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. Last Updated: 07/27/2016

Report: Labor Flexibility Key to Survival

Flexibility of labor markets will prove the key to success for countries around the world as formerly isolationist nations adapt to market economies, a World Bank report states.


Made public Thursday and titled "Workers in an Integrating World," the report notes a doubling of the global labor force in the past 30 years. The result: falling wages and rising unemployment for many in emerging markets, and fears among industrialized nations that native workers will lose out to less expensive counterparts.


To become competitive, new market economies such as those in Eastern and Central Europe must focus on both training and equipping themselves to compete, and ensuring geographic and occupational mobility for workers, the report said.


Despite five years of progress toward a market economy, such geographical mobility for Russians is still greatly hampered, particularly by housing shortages, according to bank economists.


"It will take an immense amount of money and an immense amount of time to improve the situation," said Ardy Stoutjesdijk, head of the World Bank's Moscow office.


"It's a tough problem, especially for a country like Russia that has established economic centers under the old planning system for purely political reasons," said Hasso Molineus, manager of operations in Moscow.


Examples are found throughout the country, where Soviet planners built entire cities to handle a single industry such as defense or mining. "These cities were created for more political issues, and the question is, can they survive in the future, and what happens to the labor?" Molineus said.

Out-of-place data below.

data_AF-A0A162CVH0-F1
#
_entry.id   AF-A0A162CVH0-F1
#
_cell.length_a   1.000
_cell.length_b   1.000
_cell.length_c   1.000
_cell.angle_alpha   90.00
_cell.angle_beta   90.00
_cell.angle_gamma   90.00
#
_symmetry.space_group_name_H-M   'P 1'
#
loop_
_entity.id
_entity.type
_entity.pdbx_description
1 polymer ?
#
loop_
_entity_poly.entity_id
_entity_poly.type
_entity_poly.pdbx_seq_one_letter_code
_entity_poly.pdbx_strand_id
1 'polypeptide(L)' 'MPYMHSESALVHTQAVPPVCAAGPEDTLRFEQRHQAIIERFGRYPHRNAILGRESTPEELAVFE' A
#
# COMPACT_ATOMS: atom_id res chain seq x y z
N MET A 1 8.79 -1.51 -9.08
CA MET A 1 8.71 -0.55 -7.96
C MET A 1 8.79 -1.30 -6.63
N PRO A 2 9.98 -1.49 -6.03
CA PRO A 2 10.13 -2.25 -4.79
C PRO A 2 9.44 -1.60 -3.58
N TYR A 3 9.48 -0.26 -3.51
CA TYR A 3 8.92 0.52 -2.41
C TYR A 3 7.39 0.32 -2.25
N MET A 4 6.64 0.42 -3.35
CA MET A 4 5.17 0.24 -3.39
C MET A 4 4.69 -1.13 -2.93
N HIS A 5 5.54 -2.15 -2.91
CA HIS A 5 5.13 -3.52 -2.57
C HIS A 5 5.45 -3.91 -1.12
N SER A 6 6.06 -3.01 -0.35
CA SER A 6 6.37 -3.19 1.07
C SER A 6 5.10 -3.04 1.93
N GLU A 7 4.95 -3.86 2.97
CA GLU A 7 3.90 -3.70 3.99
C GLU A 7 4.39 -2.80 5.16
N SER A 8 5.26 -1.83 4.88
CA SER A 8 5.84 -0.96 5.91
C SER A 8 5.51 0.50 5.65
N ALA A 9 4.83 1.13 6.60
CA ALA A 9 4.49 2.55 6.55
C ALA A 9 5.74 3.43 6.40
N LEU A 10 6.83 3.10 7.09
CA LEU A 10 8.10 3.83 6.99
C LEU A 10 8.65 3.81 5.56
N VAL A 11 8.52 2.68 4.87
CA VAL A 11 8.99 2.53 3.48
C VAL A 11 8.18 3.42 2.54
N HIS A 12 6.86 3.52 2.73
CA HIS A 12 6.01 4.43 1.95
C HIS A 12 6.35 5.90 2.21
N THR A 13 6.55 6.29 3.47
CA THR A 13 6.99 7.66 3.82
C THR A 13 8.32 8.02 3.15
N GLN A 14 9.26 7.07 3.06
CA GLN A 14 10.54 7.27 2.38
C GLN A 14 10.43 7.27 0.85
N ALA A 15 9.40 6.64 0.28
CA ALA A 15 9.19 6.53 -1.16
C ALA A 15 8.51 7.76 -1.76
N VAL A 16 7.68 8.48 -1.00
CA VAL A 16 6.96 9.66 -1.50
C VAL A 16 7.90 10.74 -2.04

Likewise, training issues will continue to be an issue for years in Russia, although the service sector has made great strides at raising competitiveness, economists said.


However, determining the success of active labor policies throughout Central Europe has met varying degrees of success, according to World Bank economist Michal Rutkowski, who presented the report.


Rutkowski told a press conference prior to the report's release that in Hungary, initial assessments of a training program showed that participants were more likely to find a job afterward.


Further analysis, however, determined that success had more to do with the type of person who participated than with the training session itself.


"We found that these countries that did proper evaluations ... did not show an effectiveness of active labor market policies," he said. "We cannot say for sure they work."


The 18th annual report stresses that emerging market countries undertaking the most aggressive reforms will see the quickest rise in real wages. Likewise, real wages have consistently risen with increased exports.